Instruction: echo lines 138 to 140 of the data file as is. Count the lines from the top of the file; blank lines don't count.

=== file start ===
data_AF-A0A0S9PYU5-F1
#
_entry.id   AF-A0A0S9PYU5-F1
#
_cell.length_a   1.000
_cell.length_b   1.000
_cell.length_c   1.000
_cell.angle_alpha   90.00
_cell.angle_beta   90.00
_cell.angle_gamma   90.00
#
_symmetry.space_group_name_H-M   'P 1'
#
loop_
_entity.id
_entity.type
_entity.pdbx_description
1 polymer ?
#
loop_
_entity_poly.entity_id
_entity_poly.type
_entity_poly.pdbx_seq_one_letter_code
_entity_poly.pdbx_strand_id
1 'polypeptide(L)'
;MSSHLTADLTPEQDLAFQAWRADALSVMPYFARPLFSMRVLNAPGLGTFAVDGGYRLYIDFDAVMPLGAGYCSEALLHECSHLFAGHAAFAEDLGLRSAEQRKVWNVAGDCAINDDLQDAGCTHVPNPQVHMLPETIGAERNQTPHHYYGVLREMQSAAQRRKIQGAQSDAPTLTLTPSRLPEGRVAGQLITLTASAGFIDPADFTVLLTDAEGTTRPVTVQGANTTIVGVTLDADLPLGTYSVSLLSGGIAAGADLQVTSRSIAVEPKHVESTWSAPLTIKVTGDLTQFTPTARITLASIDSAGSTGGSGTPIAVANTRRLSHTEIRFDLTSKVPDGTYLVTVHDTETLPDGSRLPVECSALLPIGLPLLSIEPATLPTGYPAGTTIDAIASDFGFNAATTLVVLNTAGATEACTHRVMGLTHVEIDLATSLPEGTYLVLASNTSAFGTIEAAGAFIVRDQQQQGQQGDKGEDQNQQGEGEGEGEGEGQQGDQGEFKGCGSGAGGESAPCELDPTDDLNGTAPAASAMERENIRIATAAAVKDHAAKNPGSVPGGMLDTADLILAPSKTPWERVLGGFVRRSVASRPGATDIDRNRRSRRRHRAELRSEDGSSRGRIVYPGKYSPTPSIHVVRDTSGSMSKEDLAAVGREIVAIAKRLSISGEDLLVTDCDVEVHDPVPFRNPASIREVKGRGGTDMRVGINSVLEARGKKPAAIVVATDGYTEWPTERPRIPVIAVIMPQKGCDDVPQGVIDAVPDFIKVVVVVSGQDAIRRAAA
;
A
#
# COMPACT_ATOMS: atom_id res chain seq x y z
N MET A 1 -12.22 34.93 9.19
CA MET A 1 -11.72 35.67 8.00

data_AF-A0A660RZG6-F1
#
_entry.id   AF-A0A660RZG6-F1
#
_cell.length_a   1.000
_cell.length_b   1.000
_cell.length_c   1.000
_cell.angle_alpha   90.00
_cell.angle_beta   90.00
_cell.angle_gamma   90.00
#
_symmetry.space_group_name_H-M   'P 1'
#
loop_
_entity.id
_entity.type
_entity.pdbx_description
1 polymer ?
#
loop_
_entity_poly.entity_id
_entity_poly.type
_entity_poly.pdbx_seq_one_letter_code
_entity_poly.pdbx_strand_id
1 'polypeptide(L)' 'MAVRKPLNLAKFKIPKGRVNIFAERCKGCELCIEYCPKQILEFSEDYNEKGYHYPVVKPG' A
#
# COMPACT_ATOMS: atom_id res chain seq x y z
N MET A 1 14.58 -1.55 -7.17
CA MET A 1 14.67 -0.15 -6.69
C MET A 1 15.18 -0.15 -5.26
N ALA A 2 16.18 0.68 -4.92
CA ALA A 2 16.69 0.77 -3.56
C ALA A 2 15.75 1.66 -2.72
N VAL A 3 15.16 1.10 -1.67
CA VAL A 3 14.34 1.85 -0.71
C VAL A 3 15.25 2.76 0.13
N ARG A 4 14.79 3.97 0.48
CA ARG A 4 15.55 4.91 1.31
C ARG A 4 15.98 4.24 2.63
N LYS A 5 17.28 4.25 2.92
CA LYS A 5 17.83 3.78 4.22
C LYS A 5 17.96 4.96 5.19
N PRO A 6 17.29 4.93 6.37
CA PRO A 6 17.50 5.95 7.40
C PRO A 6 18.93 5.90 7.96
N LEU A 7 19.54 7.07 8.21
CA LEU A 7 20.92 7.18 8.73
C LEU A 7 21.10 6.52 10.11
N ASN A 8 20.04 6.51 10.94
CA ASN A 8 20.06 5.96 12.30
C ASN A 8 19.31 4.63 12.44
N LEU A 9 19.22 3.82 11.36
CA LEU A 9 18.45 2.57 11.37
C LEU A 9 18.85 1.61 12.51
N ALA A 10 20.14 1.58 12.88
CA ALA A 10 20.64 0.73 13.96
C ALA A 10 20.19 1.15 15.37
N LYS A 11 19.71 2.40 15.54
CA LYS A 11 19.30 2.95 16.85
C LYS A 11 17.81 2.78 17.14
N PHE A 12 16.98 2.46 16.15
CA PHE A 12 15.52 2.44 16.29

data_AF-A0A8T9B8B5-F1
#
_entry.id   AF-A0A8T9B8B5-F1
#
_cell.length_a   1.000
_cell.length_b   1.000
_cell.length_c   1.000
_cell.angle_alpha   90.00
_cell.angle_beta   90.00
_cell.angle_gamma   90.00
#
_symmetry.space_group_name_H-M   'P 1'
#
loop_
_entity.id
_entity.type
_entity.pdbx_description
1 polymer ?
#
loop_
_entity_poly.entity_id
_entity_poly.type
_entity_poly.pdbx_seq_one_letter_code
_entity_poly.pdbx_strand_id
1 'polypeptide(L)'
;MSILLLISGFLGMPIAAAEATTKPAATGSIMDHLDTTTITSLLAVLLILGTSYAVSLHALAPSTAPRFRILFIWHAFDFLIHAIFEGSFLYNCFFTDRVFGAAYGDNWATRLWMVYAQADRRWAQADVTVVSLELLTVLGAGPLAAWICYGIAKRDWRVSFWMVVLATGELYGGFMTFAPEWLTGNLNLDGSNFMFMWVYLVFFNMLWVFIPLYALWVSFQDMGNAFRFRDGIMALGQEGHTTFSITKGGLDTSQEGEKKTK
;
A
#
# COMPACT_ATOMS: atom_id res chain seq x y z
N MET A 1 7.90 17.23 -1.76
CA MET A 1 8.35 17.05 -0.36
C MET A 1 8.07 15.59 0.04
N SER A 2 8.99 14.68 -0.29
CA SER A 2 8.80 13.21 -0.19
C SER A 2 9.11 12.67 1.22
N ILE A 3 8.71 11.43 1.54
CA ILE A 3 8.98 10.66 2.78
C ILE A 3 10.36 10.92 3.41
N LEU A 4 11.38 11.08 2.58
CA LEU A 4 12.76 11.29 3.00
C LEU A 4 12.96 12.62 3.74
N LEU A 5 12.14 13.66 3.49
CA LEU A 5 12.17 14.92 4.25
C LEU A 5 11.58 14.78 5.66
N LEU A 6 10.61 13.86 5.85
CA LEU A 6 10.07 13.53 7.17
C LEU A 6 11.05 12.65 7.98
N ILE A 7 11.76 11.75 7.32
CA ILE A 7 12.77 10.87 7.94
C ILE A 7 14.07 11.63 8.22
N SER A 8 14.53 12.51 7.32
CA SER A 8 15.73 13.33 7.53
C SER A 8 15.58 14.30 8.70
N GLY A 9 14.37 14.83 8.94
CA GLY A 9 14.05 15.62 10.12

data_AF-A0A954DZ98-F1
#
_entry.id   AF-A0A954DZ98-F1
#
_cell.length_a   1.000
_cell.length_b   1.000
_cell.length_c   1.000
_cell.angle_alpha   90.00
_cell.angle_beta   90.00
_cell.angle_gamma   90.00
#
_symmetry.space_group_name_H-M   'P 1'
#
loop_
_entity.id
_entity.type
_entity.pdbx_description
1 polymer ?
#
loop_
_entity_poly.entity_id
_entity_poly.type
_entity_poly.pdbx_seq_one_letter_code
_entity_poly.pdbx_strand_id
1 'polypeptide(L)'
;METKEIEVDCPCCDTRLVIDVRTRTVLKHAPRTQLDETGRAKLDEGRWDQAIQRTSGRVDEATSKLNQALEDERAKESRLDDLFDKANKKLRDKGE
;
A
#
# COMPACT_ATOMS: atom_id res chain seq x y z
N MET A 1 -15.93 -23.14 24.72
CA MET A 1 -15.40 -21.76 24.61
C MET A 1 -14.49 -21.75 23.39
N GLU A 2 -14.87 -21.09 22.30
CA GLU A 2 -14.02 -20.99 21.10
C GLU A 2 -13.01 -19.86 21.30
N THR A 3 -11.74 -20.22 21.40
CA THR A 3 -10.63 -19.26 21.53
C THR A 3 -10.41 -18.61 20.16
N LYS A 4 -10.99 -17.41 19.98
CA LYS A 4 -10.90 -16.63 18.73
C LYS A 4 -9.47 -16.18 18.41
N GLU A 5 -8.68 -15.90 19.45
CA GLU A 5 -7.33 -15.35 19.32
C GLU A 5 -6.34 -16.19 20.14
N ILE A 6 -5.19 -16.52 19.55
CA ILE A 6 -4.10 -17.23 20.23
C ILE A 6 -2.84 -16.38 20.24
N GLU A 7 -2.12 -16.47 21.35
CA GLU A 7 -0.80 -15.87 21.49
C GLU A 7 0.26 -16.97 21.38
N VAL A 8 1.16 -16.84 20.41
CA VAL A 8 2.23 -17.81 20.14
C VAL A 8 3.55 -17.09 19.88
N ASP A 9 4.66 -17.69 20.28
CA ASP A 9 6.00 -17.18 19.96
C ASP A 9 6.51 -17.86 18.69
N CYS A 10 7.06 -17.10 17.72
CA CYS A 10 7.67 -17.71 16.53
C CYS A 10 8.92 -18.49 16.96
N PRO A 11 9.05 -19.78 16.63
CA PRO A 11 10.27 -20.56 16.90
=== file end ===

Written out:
CA LEU A 5 12.17 14.92 4.25
C LEU A 5 11.58 14.78 5.66
N LEU A 6 10.61 13.86 5.85